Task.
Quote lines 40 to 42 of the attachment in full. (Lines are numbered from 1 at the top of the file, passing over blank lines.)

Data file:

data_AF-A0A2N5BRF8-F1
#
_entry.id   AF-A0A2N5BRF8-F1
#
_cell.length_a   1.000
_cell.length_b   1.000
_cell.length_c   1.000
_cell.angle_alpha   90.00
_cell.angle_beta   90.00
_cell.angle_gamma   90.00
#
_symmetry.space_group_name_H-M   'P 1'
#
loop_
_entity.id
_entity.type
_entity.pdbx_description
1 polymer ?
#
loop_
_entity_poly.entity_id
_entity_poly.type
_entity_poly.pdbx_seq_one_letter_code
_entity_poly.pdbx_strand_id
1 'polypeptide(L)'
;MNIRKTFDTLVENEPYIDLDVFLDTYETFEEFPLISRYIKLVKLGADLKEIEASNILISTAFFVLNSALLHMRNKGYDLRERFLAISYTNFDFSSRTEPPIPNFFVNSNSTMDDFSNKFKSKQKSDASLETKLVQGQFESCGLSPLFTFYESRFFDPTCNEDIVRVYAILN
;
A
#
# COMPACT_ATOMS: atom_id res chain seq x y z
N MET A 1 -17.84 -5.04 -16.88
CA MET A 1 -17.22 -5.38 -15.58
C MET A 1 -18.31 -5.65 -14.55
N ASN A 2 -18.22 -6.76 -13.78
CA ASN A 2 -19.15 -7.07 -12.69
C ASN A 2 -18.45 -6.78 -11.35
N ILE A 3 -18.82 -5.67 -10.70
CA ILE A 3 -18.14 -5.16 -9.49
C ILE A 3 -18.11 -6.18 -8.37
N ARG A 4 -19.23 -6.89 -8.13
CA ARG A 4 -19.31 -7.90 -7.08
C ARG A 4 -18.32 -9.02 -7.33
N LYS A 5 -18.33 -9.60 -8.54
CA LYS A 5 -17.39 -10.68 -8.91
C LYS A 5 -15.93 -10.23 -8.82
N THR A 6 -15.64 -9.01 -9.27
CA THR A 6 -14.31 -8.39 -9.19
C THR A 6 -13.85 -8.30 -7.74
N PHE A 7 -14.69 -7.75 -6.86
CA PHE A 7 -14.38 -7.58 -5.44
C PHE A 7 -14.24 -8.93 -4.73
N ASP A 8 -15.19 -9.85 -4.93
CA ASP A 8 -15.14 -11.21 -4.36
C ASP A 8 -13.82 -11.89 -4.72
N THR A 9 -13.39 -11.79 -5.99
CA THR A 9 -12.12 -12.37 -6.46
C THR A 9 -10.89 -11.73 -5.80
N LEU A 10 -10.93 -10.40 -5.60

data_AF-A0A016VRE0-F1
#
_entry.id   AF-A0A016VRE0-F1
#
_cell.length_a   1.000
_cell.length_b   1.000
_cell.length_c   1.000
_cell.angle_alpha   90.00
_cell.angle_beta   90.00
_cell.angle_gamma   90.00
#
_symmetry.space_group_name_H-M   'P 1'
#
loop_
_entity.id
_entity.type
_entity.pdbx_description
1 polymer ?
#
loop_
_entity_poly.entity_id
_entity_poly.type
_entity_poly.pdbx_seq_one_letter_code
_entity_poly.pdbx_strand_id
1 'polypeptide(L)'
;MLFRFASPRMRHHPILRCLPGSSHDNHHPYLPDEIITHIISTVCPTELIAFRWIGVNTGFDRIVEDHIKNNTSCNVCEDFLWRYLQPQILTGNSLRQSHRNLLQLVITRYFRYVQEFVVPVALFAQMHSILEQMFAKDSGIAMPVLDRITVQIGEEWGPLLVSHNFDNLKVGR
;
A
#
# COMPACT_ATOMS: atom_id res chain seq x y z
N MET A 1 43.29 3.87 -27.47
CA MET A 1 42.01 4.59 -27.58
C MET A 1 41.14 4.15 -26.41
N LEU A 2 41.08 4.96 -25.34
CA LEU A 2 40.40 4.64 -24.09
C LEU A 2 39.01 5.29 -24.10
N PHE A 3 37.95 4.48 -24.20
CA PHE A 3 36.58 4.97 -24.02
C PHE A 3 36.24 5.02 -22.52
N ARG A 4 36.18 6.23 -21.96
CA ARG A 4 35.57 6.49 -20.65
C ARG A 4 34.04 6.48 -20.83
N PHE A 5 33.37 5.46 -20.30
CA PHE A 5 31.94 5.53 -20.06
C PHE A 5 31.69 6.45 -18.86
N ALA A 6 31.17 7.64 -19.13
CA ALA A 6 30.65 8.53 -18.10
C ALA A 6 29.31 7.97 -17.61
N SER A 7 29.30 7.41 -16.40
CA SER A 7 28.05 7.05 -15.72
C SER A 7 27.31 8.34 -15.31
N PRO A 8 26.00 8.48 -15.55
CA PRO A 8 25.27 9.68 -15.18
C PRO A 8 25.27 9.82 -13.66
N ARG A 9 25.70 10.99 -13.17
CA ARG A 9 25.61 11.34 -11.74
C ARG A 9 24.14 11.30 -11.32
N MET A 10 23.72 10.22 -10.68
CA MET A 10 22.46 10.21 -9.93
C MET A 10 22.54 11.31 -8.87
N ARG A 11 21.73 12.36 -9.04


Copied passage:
N ARG A 4 -19.23 -6.89 -8.13
CA ARG A 4 -19.31 -7.90 -7.08
C ARG A 4 -18.32 -9.02 -7.33